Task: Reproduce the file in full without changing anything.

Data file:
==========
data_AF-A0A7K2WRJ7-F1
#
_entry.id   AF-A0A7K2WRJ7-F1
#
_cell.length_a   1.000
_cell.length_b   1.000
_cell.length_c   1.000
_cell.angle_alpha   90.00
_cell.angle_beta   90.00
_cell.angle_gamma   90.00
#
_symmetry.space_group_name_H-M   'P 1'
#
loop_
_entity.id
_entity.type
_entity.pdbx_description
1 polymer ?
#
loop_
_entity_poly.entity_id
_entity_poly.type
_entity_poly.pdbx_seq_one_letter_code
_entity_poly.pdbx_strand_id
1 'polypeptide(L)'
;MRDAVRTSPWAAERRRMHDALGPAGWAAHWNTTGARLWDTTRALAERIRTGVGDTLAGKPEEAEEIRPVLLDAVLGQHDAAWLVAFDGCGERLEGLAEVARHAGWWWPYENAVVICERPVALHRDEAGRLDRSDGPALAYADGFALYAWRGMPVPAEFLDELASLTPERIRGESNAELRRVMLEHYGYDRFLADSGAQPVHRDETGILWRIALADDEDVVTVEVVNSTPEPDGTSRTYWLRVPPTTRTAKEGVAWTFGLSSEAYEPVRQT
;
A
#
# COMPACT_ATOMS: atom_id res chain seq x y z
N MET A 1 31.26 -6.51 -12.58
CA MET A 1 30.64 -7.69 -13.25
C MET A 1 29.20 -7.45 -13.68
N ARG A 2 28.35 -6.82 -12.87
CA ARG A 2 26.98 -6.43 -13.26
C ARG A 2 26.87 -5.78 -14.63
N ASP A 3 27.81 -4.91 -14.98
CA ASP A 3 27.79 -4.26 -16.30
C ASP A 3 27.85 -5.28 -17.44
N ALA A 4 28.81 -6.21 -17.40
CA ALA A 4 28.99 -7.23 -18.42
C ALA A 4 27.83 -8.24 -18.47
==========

data_AF-A0A7K2WRJ7-F1
#
_entry.id   AF-A0A7K2WRJ7-F1
#
_cell.length_a   1.000
_cell.length_b   1.000
_cell.length_c   1.000
_cell.angle_alpha   90.00
_cell.angle_beta   90.00
_cell.angle_gamma   90.00
#
_symmetry.space_group_name_H-M   'P 1'
#
loop_
_entity.id
_entity.type
_entity.pdbx_description
1 polymer ?
#
loop_
_entity_poly.entity_id
_entity_poly.type
_entity_poly.pdbx_seq_one_letter_code
_entity_poly.pdbx_strand_id
1 'polypeptide(L)'
;MRDAVRTSPWAAERRRMHDALGPAGWAAHWNTTGARLWDTTRALAERIRTGVGDTLAGKPEEAEEIRPVLLDAVLGQHDAAWLVAFDGCGERLEGLAEVARHAGWWWPYENAVVICERPVALHRDEAGRLDRSDGPALAYADGFALYAWRGMPVPAEFLDELASLTPERIRGESNAELRRVMLEHYGYDRFLADSGAQPVHRDETGILWRIALADDEDVVTVEVVNSTPEPDGTSRTYWLRVPPTTRTAKEGVAWTFGLSSEAYEPVRQT
;
A
#
# COMPACT_ATOMS: atom_id res chain seq x y z
N MET A 1 31.26 -6.51 -12.58
CA MET A 1 30.64 -7.69 -13.25
C MET A 1 29.20 -7.45 -13.68
N ARG A 2 28.35 -6.82 -12.87
CA ARG A 2 26.98 -6.43 -13.26
C ARG A 2 26.87 -5.78 -14.63
N ASP A 3 27.81 -4.91 -14.98
CA ASP A 3 27.79 -4.26 -16.30
C ASP A 3 27.85 -5.28 -17.44
N ALA A 4 28.81 -6.21 -17.40
CA ALA A 4 28.99 -7.23 -18.42
C ALA A 4 27.83 -8.24 -18.47